The Collegian
Sunday, September 26, 2021

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Students express concern over warming temperatures, AC in older buildings

<p>Historic North Court has been used as a cafeteria, academic building, dormitory and military hospital.</p>

Historic North Court has been used as a cafeteria, academic building, dormitory and military hospital.

As temperatures rise in Virginia, several UR students have raised concerns about air conditioning problems. 

The lack of consistent air conditioning has left some students in discomfort inside their dorm rooms, particularly students living in older buildings on campus, including sophomore Emma Bender, who lives in Gray Court.

“There have been times I’ve woken up at 5 a.m. and the room is 85 degrees and I can’t do anything about it,” Bender said. “It gets really frustrating when you are trying to sleep and you can’t control the temperature of the room.”

Heating and air conditioning units in most of the older buildings on campus are supported by a two-pipe system, meaning that most buildings can either heat or cool at one time -- but not both, McKinley Wood, associate director of engineering services, said. 

This includes large dormitories on campus, such as Gray Court and Robins Hall.

“We have installed four-pipe systems in some newer or recently renovated buildings that allow for heating and cooling at the same time,” Wood said. “We intend to install more of these systems when buildings are up for renovation.”

The air conditioning problems do not affect newer buildings on campus such as North Court, South Court, Jeter Hall and Thomas Hall, because of the four-pipe system, Wood said. 

University Facilities monitors the weather forecast and adjusts the air conditioning accordingly, Wood said.

The continued air conditioning problems are a well-known issue for students across campus, but they can come as a shock to first-year students who have yet to experience the change from winter to spring at UR, such as first-year Charlie Klein, who lives in Wood Hall.

“My whole dorm group chat is just people complaining about their rooms being way too hot at night,” Klein said. “It makes it hard to wake up in the mornings for my classes too and it's basically impossible to fall asleep at night.”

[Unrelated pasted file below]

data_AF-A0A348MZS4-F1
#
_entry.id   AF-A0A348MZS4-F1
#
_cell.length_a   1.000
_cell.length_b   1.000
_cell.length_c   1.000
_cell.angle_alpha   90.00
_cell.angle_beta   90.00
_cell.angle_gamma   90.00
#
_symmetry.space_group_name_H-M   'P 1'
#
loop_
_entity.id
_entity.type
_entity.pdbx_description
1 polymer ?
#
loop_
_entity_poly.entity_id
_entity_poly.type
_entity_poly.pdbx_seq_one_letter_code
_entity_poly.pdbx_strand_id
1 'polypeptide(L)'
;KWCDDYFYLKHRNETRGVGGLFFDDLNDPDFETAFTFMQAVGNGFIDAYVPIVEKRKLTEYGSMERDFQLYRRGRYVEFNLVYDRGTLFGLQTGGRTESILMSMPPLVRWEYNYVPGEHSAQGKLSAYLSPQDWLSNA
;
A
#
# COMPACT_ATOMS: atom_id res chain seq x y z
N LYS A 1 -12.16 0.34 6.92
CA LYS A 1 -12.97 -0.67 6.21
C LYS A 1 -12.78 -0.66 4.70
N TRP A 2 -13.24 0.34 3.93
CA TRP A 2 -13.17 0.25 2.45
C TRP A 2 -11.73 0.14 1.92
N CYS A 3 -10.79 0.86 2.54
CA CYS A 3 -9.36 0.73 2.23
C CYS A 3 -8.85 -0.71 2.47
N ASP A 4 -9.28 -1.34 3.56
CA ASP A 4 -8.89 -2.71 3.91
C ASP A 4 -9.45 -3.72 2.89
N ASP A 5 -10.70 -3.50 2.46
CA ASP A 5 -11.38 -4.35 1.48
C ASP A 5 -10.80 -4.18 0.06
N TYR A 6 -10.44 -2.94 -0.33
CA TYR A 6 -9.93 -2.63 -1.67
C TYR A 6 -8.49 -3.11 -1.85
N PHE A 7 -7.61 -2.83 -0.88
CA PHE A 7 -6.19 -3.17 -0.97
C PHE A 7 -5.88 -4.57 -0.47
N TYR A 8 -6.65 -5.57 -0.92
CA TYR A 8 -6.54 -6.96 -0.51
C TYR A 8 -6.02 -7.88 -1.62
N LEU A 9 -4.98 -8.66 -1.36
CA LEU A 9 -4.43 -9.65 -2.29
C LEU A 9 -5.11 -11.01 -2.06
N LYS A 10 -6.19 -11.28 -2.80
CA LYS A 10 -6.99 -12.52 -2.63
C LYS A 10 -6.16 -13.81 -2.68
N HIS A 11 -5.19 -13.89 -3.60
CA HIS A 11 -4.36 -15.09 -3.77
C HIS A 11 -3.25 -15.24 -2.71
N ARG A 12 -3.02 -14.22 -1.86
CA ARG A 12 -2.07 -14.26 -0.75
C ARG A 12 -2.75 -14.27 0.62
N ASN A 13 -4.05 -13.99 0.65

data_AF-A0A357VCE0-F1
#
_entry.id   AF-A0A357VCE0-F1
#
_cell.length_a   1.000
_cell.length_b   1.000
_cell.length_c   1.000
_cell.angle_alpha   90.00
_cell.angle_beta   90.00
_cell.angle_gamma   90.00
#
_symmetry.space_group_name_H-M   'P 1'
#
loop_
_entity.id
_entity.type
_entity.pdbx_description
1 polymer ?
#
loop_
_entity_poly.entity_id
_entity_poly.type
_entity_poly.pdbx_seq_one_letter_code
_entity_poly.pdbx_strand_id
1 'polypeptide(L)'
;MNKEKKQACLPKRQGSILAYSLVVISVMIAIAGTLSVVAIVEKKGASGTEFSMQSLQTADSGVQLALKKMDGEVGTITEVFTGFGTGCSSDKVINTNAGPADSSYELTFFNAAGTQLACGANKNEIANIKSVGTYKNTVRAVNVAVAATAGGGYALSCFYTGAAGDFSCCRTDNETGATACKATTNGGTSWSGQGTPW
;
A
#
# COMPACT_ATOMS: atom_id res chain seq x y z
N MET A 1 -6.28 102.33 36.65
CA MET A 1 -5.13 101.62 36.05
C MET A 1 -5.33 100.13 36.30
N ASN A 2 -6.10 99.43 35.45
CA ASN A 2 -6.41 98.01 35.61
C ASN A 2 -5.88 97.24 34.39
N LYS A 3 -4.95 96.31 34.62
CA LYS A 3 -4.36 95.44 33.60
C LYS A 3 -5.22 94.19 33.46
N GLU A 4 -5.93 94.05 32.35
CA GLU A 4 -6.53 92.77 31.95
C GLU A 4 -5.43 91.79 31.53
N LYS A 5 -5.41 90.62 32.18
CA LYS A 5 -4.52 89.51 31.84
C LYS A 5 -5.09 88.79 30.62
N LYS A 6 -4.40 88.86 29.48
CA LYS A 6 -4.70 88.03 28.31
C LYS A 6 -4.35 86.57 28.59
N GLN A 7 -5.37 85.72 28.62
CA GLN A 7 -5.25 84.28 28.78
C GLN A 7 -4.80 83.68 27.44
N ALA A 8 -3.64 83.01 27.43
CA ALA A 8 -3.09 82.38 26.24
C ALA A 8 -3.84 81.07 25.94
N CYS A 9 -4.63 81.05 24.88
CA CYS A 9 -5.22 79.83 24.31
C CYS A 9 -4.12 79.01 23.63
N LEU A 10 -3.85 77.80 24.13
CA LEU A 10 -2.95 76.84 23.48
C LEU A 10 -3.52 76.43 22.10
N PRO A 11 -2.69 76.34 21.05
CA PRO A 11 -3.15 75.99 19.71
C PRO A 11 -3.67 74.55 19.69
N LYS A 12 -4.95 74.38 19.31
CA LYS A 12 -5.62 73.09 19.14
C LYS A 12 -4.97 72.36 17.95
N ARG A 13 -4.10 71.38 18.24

Klein said that he and other Wood Hall residents had sent emails to Facilities regarding the problems with their air conditioning units, but they had not received a response.

“To be honest, it feels a little insulting with how expensive housing costs are to students that we don’t get proper air conditioning,” Klein said. 

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Wood said the ability to adjust air conditioning to the weather forecast allows for flexibility.

“Several government agencies and private companies use a calendar method to change over their air conditioning systems, which can cause uncomfortable conditions over an extended period of time until the predetermined date is met,” Wood said.

Bender said she and her roommates tried to find their own solutions to control the temperature. 

“We’ve tried opening the windows and letting cooler air in,” Bender said. “That worked during the winter when it was colder outside, but now that it’s starting to warm up outside, that doesn’t really help much.”

Adding to the air conditioning problems is what Wood calls Richmond’s “shoulder seasons,” when the days fluctuate between hot and cold temperatures. This makes planning the control of air conditioning based on the weather forecasts more difficult for Facilities, Wood said.

Residential-style on campus housing available in the University Forest Apartments and Gateway Village allows for the ability to regulate air conditioning on an individual basis, Wood said. 

Students continue to brace themselves for increasingly warmer temperatures without consistent air conditioning to aid in the comfort of their dorm rooms, Klein said.

“I hope they fix this problem sooner rather than later,” Klein said.  “I’m getting really tired of waking up in the morning sweating. Me and my roommate both had to buy individual fans for our rooms just to get any kind of sleep.”

The Richmond area temperatures can reach over 80 degrees as spring turns into summer. 

Bender said that she hoped the school would have better solutions to the air conditioning before it gets too hot.

“Once it hits April and May it really starts heating up,” Bender said. “If things aren’t working right by then, it’s going to be a big problem.”

Contact writer Ben de Lemos at ben.delemos@richmond.edu.

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